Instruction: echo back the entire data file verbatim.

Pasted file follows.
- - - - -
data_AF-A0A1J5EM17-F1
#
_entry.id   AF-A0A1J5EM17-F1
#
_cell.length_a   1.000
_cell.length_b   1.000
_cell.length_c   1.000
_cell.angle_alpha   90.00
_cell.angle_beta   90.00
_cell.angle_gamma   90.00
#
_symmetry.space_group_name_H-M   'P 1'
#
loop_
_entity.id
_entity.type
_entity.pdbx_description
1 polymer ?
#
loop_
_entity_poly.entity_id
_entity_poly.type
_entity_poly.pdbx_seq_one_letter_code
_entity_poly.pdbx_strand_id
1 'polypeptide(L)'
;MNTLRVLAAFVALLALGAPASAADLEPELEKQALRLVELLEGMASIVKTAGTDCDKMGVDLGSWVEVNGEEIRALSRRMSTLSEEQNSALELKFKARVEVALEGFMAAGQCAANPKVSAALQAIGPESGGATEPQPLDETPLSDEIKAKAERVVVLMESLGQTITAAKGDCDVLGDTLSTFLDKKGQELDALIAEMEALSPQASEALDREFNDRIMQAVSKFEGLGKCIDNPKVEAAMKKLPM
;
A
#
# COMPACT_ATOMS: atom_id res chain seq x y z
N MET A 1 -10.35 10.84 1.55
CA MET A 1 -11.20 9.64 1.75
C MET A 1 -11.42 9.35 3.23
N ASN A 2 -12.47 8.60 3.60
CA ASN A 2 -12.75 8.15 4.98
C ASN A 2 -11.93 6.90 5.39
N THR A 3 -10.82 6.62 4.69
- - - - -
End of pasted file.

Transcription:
data_AF-A0A1J5EM17-F1
#
_entry.id   AF-A0A1J5EM17-F1
#
_cell.length_a   1.000
_cell.length_b   1.000
_cell.length_c   1.000
_cell.angle_alpha   90.00
_cell.angle_beta   90.00
_cell.angle_gamma   90.00
#
_symmetry.space_group_name_H-M   'P 1'
#
loop_
_entity.id
_entity.type
_entity.pdbx_description
1 polymer ?
#
loop_
_entity_poly.entity_id
_entity_poly.type
_entity_poly.pdbx_seq_one_letter_code
_entity_poly.pdbx_strand_id
1 'polypeptide(L)'
;MNTLRVLAAFVALLALGAPASAADLEPELEKQALRLVELLEGMASIVKTAGTDCDKMGVDLGSWVEVNGEEIRALSRRMSTLSEEQNSALELKFKARVEVALEGFMAAGQCAANPKVSAALQAIGPESGGATEPQPLDETPLSDEIKAKAERVVVLMESLGQTITAAKGDCDVLGDTLSTFLDKKGQELDALIAEMEALSPQASEALDREFNDRIMQAVSKFEGLGKCIDNPKVEAAMKKLPM
;
A
#
# COMPACT_ATOMS: atom_id res chain seq x y z
N MET A 1 -10.35 10.84 1.55
CA MET A 1 -11.20 9.64 1.75
C MET A 1 -11.42 9.35 3.23
N ASN A 2 -12.47 8.60 3.60
CA ASN A 2 -12.75 8.15 4.98
C ASN A 2 -11.93 6.90 5.39
N THR A 3 -10.82 6.62 4.69